Car Seat Buying Guide
Buying a Car Seat Made Easy
Buying a car seat is one of the most important and considered purchases you will make when you enter parenthood. From the moment you leave the hospital you will need a car seat for your precious cargo, that way you'll be prepared to transport your baby safely–no matter where you go!
We don't want choosing a car seat to be a stressful experience so whether it's your first time or you're ready for an upgrade, Direct2Mum are here to help. So let's start this journey together...Shop Car Seats
Choosing Your Car Seat Group
A good place to start is knowing which car seat is suitable for you child! Remember age is just a guideline and car seats are split into groups based on a child's weight with the exception of i-Size (but we'll get to that later). If a child is over or below the specific weight range it can prevent the car seat from effectively protecting your child. Children grow fast, so some car seats cover more than one weight group to grow alongside your child and potentially save you some pennies!
Car Seat Groups
from birth to about 9 months
(0kg - 13kg)
The first car seat you will buyFind Out More
Group 0+ / 1
from birth to about 4 years
(0kg - 18kg)
A group 0+/1 car seat is also known as a combination car seat.Find Out More
from 9 months to about 4 years
(9kg - 18kg)
For when your little one is not so little anymore.Find Out More
Group 1 / 2 / 3
from 9 months to about 12 years
(15kg - 36kg)
A forward facing highback booster with harness.Find Out More
Group 2 / 3
from 3 years to about 12 years
(22kg - 36kg)
A new safety standard will see these becoming more popular.Find Out More
measured by your child's height
new European Regulation
I-Size recommends rearward facing travel until at least 15 months.Find Out More
Installation & Bases
We don't want fitting your car seat to be rocket science...
It's a great idea to practise putting your car seat in the car before you give birth, there is nothing more stressful than going to take your little one home for the first time and not knowing how to put the car seat in the car. Correct fitting of all car seats and boosters is crucial and not all car seats fit all cars, so if you are unsure you can always find a car seat fitting checklist from the manufacture. Always read the fitting instructions that will come with your car seat or labelled on the car seat.Find Out More
Your Lifestyle & Child's Needs
Bored children may do anything to distract your attention, but we offer travel accessories that could be the perfect solution. We also offer plenty of accessories that will help to protect the interior of your car and keep your child protection so you can keep concentrating on the journey ahead.Find Out More
Find your perfect car seat
Buying a new car seat for every stage would be a (very) expensive business, so thankfully there are combination or multi-group, car seats on the market. These car seats cover a range (but not all) of the Groups.
Your Questions Answered
Anything on your mind? Here is a list of our most frequently answered questions from mums, dads and grand-parents to be. If there is something else you would like to ask our sales or customer service team would be happy to help.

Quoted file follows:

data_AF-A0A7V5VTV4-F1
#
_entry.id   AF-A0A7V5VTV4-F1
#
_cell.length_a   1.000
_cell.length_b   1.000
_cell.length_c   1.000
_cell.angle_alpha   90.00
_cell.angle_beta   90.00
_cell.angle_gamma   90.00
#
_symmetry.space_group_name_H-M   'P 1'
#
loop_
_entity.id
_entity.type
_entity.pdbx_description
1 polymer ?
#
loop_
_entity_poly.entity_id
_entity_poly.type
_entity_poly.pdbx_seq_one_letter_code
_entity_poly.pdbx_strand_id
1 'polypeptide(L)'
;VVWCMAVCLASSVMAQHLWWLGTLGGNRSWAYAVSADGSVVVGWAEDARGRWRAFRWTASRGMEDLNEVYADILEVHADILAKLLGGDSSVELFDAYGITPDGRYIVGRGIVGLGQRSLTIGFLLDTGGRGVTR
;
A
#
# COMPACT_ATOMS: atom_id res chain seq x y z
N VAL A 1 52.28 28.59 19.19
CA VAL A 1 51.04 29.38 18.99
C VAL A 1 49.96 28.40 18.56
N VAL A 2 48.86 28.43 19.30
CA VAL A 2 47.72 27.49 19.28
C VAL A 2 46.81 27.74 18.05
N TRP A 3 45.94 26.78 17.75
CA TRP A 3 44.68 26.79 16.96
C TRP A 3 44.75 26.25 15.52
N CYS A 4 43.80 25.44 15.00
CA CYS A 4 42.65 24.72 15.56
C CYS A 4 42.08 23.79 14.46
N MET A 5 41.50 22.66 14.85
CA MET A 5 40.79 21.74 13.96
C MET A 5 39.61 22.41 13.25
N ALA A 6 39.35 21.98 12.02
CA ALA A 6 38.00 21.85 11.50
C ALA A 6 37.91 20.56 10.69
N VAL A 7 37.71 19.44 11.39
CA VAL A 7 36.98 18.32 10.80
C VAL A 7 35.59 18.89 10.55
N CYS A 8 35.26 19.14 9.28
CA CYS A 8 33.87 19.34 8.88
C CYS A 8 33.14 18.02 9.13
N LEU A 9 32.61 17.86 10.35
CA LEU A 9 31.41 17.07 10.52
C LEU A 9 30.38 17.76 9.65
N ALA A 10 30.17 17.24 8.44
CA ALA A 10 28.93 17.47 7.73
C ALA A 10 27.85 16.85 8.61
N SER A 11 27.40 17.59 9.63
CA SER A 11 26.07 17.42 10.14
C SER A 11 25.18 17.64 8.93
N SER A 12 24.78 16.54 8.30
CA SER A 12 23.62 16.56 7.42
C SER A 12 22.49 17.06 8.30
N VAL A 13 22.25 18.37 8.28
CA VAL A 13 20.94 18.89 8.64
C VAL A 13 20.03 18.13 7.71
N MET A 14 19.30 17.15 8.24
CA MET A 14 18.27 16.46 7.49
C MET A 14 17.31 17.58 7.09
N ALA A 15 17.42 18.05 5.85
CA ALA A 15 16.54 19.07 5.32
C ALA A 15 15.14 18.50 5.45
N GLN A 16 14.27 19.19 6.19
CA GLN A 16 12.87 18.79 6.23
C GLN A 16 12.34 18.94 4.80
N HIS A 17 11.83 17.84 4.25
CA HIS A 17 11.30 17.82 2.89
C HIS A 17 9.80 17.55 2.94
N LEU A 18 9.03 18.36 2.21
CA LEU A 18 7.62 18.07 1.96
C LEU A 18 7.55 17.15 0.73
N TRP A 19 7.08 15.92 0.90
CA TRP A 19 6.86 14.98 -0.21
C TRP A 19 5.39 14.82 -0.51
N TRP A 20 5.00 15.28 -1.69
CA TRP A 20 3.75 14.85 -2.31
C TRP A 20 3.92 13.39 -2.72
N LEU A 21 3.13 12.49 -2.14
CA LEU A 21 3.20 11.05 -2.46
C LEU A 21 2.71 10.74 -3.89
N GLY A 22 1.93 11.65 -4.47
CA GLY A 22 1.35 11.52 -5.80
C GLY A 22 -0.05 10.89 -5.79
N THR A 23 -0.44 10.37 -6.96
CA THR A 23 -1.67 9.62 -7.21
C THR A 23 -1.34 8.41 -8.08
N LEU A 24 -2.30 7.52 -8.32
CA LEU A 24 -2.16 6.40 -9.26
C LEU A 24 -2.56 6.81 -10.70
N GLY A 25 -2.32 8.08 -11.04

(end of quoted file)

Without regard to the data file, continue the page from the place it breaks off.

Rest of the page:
Yes, although it is safer for children to travel in the rear of the car. NEVER position a child on a passenger seat fitted with a front airbag. Airbags are designed to protect adults but can seriously injure or even kill a child.
Every car seat is different, but all of them have an expiration date and most car seats expire after 6 years from the date of manufacture. If you can't find an explicit expiration date printed anywhere on the seat, check the owner's manual. When in doubt, the easiest thing to do is to call the manufacturer and ask them.
Never buy a second hand car seat. Older seats will have wear and tear even if it is not visible, and a second-hand car seat may have been in a crash, even if you can't see any signs of it, and this will have weakened it. In certain car seat instruction manuals, it even states that if your car seat has been involved in a crash at a speed as low as 30mph, you should buy a new seat. Also a second hand car seat will be near the end of its life span so you would need to replace it anyway.
Baby should be positioned rearward-facing for as long as possible as rearward facing seats offer the best possible protection for a smaller baby. In the event of a frontal impact the rearward facing car seat supports your baby's head and neck. Use a rearward seat until your baby reaches the maximum weight limit for the car seat group and can sit up unaided.
Young children and newborn's should travel rear facing for as long as practically possible. It is safest to keep a baby in a Group 0+ seat until they reach 13kg, which is the upper weight limit for the seat. Even though the groups are broadly suggested for different age groups, you shouldn't go by age - it is the weight of the child that is most important when deciding what type of child restraint to use. So, use the car sear to the maximum weight before you move to the next group. As well as waiting until your baby has exceeded 13kg in weight, another way of checking if your baby has grown out of their group 0+ car seat is by placing your hand on top of the seat. If the top of your baby's head touches your palm, then it's time to move to the next stage.
ISOFIX is an international standard system that allows you to fit a car seat directly into a vehicle without using a seat belt. It provides a quick, easy and safe way of installing a child's chair. It anchors to the car so there is less chance of human error.
No, your vehicle is not unsafe if it does not have isofix it just means that you cannot install your car seat this way. If fitted with a car seat belt correctly, then your car seat will be safe. Ensure you have a lot of slack when putting the seat belt around the car seat and then pull tightly so that the belt has the correct tension.